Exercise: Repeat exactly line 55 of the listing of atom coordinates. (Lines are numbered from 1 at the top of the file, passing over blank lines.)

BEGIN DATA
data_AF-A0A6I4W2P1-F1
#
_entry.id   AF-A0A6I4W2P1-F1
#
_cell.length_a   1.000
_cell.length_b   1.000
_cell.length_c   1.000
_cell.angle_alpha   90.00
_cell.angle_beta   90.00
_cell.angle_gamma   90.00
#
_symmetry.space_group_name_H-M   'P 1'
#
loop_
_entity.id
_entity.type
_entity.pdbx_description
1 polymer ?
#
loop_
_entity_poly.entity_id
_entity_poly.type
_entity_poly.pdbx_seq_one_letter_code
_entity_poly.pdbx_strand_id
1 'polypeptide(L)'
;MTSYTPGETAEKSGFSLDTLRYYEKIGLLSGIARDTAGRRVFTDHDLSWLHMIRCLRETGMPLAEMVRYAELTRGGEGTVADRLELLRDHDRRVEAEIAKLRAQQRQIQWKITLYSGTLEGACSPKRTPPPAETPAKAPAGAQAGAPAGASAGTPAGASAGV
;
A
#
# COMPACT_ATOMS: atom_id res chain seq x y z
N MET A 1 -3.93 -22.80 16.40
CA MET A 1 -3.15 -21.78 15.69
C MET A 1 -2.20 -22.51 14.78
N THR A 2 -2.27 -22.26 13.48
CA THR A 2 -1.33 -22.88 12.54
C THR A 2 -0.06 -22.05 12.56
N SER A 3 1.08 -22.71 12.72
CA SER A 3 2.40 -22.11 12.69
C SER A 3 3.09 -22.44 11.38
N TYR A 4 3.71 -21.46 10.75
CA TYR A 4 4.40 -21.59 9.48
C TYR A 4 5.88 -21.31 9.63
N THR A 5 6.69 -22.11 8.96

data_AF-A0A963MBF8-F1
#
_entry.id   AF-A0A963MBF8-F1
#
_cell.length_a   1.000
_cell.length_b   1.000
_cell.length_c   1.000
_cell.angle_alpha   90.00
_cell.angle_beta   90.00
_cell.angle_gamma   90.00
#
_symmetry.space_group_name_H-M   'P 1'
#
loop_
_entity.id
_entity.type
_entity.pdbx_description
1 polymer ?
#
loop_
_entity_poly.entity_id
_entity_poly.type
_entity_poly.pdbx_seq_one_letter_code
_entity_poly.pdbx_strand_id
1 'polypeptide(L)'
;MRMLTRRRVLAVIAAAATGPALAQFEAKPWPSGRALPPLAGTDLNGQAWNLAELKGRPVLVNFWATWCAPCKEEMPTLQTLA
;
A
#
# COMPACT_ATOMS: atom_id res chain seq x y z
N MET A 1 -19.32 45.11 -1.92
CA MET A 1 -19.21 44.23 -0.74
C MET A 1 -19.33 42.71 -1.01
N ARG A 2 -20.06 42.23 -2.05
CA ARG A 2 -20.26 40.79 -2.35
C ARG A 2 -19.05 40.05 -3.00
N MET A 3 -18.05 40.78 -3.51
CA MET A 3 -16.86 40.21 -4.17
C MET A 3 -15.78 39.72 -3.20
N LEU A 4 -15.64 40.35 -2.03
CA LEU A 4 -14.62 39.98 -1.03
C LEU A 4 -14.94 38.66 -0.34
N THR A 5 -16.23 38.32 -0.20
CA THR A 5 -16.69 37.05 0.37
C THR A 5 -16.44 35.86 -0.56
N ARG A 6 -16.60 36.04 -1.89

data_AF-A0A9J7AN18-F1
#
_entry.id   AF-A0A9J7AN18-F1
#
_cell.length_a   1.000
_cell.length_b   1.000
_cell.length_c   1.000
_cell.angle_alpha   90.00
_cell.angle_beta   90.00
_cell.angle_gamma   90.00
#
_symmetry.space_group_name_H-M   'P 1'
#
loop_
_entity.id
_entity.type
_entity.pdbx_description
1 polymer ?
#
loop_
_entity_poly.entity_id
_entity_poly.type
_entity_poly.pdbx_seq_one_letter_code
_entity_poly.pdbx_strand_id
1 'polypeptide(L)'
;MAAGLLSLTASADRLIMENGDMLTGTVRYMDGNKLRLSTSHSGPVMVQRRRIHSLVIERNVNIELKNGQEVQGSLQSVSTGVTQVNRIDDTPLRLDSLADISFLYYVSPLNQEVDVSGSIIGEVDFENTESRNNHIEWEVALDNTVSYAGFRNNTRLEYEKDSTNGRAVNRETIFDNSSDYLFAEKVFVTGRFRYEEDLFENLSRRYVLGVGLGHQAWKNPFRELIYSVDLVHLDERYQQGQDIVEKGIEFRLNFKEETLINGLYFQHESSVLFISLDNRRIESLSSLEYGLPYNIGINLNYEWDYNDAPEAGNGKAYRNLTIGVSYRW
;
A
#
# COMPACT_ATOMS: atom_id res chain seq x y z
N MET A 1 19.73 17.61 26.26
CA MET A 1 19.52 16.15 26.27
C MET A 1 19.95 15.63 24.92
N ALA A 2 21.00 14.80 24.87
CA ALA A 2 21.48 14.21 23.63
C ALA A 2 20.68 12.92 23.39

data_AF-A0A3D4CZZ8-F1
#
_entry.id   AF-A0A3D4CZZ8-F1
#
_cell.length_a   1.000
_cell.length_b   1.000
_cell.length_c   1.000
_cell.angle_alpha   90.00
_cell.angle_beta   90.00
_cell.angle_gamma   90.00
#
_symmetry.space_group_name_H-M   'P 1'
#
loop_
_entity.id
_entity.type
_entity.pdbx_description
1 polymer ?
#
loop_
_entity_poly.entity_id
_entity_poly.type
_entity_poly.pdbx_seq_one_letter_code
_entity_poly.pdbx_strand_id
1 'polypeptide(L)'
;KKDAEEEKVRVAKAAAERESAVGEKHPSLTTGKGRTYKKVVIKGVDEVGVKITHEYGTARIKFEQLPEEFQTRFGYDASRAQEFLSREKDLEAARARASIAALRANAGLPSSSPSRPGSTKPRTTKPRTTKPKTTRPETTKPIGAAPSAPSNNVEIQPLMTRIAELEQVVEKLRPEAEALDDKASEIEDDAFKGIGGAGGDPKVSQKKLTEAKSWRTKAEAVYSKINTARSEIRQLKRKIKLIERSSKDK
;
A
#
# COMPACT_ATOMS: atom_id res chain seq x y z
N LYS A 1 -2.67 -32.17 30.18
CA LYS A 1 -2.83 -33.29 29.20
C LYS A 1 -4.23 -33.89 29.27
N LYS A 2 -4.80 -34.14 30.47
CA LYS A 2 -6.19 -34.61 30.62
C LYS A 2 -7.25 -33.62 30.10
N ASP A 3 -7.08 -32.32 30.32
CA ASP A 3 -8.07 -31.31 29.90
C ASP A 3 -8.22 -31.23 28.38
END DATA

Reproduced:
_symmetry.space_group_name_H-M   'P 1'